Sunstein and Thaler used the example of a high school cafeteria layout to demonstrate how small changes in our environment can influence our behavior, and we’ve discussed how a well-laid out office space can improve program participation rates. The example and our observations inspired MDRC’s Center for Behavioral Science (CABS) to create an interactive training session on the power of physical space to provide nudges. We asked training participants — staff at workforce development programs that help people find and keep employment — to try organizing their space with different goals in mind by designing a hypothetical high school cafeteria. Workshop participants received paper cut-out icons for all the essential materials — salads, hot food, snacks, desserts, beverages, cash registers, tables — and were asked to organize a logical cafeteria environment. But the directions had a catch. Each group received a unique goal: arrange the materials to maximize either: Healthy eating, Profits, or Efficiency.

[http://uxarchive.com/?ref=designtoolsweekly] - - public:weinreich
design, graphic_design, mobile - 3 | id:271281 -

UX Archive — collected the most interesting user flows that can help you analyze previous products and learn from others about what works and what doesn't. Examine tasks such as booking, logging in, onboarding, purchasing, searching, and more.

[https://www.theguardian.com/environment/2019/oct/22/electric-cars-to-get-green-number-plates-in-new-government-plan] - - public:weinreich
design, social_norms - 2 | id:269647 -

“The number of clean vehicles on our roads is increasing but we don’t notice, as it’s difficult to tell clean vehicles apart from more polluting ones. Green number plates make these vehicles, and our decision to drive in a more environmentally friendly way, more visible on roads. “We think making the changing social norm noticeable will help encourage more of us to swap our cars for cleaner options.”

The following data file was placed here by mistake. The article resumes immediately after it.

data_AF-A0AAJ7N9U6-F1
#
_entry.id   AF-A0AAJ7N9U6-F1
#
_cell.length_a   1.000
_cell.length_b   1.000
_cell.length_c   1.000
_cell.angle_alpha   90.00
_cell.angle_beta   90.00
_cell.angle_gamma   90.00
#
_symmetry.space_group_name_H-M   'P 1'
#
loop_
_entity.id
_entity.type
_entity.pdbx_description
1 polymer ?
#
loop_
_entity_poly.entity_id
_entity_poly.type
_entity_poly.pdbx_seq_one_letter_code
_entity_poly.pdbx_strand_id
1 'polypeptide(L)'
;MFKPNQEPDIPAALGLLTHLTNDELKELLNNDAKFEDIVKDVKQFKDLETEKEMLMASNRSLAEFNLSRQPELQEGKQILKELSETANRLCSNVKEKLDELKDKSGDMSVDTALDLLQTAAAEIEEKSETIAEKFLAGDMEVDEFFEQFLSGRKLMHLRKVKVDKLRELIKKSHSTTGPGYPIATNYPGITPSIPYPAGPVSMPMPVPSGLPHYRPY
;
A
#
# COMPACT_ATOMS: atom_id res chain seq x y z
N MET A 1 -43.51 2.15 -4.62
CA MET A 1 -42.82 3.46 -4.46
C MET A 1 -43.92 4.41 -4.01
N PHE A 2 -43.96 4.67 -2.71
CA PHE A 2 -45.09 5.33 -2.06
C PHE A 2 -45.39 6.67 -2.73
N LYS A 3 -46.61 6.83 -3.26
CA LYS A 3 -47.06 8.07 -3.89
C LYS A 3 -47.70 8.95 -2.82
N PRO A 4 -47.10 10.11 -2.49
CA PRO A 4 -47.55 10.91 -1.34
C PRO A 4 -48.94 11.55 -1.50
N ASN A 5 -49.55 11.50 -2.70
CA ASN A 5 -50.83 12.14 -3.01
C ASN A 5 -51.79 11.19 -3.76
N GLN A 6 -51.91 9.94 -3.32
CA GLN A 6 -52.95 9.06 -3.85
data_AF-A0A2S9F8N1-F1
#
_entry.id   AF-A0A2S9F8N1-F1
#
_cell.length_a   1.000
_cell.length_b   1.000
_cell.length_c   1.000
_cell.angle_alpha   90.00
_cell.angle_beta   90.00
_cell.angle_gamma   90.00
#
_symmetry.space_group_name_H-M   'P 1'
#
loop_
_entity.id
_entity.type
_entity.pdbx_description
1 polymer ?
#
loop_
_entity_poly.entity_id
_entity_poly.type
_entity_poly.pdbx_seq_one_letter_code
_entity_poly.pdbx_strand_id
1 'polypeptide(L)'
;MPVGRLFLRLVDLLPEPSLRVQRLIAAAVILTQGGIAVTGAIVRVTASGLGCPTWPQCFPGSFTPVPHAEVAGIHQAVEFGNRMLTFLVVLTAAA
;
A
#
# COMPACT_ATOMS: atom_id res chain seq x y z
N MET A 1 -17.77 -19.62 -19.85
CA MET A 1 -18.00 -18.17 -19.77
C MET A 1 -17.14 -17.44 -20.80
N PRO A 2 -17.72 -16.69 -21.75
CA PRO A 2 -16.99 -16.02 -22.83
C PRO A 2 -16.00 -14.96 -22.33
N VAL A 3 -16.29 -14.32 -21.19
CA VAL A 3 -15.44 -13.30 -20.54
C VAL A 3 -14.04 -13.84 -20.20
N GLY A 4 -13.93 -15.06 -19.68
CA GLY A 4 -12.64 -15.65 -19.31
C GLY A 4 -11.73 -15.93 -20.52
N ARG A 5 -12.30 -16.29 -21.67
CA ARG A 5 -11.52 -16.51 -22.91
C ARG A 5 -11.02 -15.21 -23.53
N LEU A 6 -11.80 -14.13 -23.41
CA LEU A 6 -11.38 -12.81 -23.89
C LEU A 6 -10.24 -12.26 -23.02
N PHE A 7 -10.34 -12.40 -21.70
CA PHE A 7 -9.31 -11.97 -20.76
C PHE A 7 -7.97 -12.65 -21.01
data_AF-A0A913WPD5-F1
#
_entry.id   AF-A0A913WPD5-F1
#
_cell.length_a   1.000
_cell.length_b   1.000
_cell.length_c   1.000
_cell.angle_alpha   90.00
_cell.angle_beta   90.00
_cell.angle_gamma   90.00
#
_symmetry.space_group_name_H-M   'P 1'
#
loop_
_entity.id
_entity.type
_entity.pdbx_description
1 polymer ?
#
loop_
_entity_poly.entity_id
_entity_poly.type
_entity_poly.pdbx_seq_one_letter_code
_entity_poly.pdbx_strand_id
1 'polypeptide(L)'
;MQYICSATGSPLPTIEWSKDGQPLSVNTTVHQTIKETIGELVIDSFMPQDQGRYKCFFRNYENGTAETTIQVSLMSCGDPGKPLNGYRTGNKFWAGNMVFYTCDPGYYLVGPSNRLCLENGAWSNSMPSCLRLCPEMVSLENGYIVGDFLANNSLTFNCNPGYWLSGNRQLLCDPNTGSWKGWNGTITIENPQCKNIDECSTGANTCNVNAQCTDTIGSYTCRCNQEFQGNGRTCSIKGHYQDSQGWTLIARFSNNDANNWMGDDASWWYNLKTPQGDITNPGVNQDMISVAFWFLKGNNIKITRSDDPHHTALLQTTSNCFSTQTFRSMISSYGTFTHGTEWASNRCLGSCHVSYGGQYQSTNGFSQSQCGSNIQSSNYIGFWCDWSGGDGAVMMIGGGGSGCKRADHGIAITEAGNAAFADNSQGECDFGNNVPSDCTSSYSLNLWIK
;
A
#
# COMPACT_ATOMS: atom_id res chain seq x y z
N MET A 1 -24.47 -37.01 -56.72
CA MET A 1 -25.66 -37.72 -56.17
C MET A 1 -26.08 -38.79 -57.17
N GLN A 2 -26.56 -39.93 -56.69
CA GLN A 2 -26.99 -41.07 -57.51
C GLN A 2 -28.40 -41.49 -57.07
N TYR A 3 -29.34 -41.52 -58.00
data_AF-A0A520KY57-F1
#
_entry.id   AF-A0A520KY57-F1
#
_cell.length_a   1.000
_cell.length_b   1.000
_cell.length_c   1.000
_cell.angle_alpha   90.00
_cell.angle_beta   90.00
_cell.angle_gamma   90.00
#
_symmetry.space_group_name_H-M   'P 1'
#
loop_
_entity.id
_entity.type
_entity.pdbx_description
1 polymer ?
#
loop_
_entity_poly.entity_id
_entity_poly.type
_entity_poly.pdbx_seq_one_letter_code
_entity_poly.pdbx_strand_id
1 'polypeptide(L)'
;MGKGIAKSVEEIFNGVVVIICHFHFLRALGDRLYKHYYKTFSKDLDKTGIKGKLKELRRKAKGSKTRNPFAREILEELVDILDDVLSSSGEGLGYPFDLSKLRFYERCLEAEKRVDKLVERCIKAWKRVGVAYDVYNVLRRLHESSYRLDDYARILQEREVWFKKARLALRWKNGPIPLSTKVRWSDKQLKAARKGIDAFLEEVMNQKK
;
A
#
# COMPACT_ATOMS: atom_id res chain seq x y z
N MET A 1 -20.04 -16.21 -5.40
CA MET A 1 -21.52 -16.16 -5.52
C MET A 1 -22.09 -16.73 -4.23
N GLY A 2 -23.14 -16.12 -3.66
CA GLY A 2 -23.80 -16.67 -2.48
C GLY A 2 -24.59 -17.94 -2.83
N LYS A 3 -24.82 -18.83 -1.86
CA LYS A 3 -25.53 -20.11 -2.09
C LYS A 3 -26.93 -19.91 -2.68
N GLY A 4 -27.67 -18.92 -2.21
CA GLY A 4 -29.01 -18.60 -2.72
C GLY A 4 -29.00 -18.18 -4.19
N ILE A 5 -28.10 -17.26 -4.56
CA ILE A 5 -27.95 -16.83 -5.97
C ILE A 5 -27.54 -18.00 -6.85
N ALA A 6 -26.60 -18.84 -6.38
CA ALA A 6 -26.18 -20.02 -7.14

[https://sites.google.com/view/behavioralpublic/home] - - public:weinreich
academia, behavior_change, design, policy - 4 | id:269540 -

This is the website for a PhD-level mini-course in behavioral public economics developed by Hunt Allcott and Dmitry Taubinsky. Through the lens of neoclassical economics, the role of government is to provide public goods, correct externalities, provide information, and address other market failures. In practice, however, some public policies are motivated by the concern that people do not act in their own best interest. For example, many countries ban drugs, tax cigarettes, alcohol, and sugary drinks, or subsidize retirement savings and energy-efficient appliances, all largely on the grounds that consumers would be better off consuming more or less than they do. Standard approaches to policy analysis rely on revealed preference assumptions to measure an agent’s welfare. Under these assumptions, the direct effect of any policy that changes choices is to reduce consumer welfare. However, empirical evidence from behavioral economics in a variety of domains suggests that people sometimes do make systematic mistakes. The field of behavioral public economics extends the theoretical and empirical tools of public economics to incorporate the possibility of consumer mistakes into questions about policy evaluation and design. This is a PhD-level mini-course in behavioral public economics. In this course, we’ll consider questions like the following: How can we do welfare analysis if choice does not necessarily identify utility? How do we empirically measure consumer biases? How do we set socially optimal policies in settings when consumers may not act in their own best interest? Nudges change behavior at low cost. Does that mean they are a good idea? What are the costs and benefits of tax complexity?